MINNEAPOLIS (AP) — A biologist says the death of a black bear is a blow to his research and to the northern Minnesota bear center that streamed her birth live on the Internet two years ago.
Lynn Rogers, founder of the North American Bear Center in Ely, told The Associated Press he was looking forward to documenting the dynamics of Hope’s family as she matured. When he announced this week that a hunter had killed Hope, it generated an outpouring of grief and outrage among the more than 133,000 fans that follow Hope and her mother Lily on Facebook.READ MORE: 'We've Suffered A Lot, We've Learned A Lot': Minnesota Approaches A Year Of COVID
Rogers has lost study bears to hunters before, but he said researchers had never before been able to follow a mixed-age bear family so closely, and that what they saw defied their expectations. Hope continued to nurse even after Lily gave birth last winter to two new cubs. While one soon died, Lily, Hope and the surviving cub, Faith, continued to roam together until a hunter shot Hope on Sept. 16.READ MORE: Minnesota Weather: Perfect Snow Melt Will Minimize Flooding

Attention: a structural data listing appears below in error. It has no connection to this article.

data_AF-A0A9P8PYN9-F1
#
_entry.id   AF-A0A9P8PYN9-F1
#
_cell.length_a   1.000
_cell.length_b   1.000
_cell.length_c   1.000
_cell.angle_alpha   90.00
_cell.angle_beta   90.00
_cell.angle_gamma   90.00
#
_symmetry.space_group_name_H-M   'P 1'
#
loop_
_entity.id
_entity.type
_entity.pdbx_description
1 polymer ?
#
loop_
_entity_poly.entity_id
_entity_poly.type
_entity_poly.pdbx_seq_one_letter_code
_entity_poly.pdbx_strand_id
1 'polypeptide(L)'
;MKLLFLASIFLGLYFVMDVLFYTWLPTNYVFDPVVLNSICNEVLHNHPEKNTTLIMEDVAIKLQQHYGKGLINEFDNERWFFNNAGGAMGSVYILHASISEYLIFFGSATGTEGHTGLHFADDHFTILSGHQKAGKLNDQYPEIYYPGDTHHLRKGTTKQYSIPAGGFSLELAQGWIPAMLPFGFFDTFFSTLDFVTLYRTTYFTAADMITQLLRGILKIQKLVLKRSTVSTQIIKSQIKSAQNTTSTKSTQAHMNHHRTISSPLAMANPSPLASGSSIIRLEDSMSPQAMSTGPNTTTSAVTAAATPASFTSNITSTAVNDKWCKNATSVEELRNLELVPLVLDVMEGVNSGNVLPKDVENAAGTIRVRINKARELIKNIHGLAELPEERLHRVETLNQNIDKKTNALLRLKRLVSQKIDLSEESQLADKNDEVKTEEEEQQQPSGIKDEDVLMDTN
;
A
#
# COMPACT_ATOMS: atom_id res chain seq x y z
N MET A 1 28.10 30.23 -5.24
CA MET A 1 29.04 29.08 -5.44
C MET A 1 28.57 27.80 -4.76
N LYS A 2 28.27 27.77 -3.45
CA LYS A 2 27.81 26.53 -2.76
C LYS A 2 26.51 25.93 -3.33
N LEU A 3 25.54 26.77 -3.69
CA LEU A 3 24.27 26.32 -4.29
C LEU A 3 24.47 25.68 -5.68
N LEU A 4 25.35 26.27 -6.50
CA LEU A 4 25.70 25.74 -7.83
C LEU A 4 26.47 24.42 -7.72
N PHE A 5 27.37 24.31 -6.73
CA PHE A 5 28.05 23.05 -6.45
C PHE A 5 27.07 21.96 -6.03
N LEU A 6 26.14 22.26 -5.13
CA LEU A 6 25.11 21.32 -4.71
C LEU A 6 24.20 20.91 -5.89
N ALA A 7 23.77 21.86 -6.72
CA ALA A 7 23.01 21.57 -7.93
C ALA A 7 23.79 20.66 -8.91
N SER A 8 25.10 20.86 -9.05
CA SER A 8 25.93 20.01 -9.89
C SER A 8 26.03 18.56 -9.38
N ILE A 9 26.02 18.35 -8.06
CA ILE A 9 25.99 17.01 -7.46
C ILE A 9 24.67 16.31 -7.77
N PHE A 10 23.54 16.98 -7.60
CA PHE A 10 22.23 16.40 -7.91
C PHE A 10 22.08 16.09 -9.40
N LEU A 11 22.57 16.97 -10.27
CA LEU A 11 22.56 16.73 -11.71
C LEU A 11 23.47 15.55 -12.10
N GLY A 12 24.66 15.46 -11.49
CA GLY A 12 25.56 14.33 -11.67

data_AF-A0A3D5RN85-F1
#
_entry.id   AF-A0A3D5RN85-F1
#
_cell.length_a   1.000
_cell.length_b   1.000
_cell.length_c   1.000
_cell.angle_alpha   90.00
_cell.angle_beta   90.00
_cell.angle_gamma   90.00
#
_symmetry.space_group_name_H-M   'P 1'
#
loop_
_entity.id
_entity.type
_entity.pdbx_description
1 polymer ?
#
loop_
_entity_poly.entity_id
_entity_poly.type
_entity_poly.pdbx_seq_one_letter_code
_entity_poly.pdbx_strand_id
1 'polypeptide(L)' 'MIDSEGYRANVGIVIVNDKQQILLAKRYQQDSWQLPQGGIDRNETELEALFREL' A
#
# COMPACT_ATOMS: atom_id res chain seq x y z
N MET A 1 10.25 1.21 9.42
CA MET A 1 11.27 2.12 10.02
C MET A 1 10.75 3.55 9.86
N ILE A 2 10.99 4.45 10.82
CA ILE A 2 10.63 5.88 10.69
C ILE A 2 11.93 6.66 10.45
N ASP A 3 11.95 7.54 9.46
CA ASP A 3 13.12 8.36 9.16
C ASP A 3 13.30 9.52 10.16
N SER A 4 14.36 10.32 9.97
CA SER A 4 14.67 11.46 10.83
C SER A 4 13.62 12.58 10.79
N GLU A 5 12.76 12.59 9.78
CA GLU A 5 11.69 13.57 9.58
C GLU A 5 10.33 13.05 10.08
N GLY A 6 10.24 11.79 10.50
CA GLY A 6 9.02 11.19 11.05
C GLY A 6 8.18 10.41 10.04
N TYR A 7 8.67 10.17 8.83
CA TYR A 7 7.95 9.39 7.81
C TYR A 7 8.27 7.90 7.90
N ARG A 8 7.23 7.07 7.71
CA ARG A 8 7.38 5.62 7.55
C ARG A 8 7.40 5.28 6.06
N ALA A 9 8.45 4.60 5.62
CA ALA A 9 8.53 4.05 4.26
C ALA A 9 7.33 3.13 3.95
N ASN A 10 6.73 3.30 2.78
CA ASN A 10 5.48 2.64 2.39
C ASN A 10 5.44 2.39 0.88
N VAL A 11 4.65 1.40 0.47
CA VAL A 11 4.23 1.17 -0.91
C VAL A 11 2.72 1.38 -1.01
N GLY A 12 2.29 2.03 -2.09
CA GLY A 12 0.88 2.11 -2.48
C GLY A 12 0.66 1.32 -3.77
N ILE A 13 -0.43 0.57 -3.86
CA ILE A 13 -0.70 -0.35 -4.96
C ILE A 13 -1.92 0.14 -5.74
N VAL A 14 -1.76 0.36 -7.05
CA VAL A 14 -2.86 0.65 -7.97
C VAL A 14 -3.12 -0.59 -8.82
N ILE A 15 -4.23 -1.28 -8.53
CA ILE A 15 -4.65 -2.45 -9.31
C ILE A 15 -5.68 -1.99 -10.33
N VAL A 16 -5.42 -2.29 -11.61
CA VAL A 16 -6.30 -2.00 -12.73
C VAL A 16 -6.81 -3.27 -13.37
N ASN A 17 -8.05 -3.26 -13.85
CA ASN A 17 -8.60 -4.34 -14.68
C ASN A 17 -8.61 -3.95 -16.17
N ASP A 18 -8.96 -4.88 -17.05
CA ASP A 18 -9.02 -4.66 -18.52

“There was peace,” Rogers said of the family. Hope didn’t try to dominate Faith or steal all of Lily’s milk. Hope even acted like a second mother, he said, waiting for Faith to catch up when she straggled behind.
If Hope had survived, Rogers said, they might have gotten the chance to watch the family break up next spring. Hope would have been old enough to go into heat, so she and Lily would have had to compete for mates, and all three would have competed for territory, he said.MORE NEWS: Downtown Minneapolis Businesses Hope Chauvin Trial Brings Much-Needed Boost
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